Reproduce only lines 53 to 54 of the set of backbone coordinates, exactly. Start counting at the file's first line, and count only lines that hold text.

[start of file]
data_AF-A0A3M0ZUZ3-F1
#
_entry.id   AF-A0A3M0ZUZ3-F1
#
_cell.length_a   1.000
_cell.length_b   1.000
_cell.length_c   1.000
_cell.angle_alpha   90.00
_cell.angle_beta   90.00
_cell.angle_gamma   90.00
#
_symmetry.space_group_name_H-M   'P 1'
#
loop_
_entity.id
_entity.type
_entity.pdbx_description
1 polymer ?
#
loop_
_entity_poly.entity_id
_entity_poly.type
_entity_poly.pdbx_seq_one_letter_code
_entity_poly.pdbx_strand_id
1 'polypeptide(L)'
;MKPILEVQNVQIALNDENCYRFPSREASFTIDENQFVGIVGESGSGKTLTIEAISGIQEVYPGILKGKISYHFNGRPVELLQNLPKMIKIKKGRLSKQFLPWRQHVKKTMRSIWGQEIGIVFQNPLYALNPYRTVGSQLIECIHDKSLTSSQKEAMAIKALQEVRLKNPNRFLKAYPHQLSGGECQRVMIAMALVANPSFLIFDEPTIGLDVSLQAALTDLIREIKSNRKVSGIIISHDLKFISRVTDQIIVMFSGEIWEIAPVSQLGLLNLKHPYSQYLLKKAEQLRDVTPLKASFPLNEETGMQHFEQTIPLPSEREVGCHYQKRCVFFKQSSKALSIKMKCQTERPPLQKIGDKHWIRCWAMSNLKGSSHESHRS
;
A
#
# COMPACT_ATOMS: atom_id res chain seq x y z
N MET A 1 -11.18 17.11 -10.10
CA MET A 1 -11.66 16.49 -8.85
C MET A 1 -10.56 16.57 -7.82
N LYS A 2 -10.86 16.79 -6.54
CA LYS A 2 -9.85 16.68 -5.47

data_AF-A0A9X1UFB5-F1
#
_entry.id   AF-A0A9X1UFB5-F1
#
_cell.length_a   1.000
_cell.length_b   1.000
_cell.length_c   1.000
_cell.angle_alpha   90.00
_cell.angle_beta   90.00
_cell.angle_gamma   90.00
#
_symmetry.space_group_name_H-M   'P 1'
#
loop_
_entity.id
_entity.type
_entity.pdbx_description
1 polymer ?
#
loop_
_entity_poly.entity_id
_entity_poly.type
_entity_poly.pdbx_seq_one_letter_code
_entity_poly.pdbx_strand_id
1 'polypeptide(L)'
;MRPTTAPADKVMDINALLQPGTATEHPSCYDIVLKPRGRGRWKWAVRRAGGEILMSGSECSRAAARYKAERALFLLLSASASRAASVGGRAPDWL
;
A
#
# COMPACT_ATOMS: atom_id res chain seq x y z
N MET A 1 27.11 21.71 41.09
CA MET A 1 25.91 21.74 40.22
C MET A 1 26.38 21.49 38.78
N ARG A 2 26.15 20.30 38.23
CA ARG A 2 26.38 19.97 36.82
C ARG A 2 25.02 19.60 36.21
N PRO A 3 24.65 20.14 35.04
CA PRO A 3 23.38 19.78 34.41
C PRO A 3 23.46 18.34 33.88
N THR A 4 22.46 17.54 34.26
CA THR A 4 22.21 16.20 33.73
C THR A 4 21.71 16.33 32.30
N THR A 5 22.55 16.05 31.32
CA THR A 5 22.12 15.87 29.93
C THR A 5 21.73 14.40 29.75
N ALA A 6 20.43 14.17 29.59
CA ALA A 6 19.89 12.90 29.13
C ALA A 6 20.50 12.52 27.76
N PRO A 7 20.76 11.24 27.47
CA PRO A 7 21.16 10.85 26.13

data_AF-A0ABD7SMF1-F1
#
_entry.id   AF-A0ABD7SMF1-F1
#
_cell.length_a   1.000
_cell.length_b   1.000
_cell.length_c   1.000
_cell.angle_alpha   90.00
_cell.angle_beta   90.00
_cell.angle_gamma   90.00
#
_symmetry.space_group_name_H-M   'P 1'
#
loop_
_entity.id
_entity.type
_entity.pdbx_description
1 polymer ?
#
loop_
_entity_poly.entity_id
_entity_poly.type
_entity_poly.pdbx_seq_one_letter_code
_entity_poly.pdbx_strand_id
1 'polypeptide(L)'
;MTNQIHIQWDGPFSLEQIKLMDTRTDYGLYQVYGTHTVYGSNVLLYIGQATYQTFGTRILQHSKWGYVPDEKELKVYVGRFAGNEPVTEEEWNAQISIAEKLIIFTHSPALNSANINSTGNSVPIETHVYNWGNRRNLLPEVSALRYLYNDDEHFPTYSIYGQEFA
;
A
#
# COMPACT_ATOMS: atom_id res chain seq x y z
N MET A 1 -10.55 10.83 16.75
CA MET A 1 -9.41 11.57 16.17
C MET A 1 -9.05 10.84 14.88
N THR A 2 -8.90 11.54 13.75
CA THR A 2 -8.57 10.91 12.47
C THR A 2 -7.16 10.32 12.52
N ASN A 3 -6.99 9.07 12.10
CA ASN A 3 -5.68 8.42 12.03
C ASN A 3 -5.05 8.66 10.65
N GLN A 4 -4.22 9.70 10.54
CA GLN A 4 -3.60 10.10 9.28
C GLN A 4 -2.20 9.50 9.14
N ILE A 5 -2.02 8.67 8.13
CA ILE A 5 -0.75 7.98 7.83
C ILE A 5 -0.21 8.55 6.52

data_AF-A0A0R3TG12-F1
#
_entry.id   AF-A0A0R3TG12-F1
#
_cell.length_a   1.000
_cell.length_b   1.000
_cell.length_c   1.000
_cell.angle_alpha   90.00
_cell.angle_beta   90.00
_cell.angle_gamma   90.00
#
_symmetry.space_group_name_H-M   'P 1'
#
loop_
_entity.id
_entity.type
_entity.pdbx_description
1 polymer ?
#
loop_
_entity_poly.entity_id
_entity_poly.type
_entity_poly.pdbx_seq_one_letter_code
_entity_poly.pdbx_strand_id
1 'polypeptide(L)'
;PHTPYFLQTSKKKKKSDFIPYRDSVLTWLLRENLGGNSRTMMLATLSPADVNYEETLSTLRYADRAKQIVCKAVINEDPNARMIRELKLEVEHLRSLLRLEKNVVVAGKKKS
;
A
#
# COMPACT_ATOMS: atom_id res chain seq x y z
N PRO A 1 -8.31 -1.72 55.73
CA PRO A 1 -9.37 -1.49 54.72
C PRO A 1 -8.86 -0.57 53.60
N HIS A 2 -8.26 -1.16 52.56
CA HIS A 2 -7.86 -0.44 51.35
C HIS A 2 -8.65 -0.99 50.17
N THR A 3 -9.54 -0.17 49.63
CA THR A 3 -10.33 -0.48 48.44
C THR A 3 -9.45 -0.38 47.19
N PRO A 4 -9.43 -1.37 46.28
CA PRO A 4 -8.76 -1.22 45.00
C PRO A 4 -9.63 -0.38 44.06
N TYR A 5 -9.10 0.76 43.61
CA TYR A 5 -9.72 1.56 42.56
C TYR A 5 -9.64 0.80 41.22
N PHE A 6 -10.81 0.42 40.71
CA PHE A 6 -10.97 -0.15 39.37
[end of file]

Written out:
1 polymer ?
#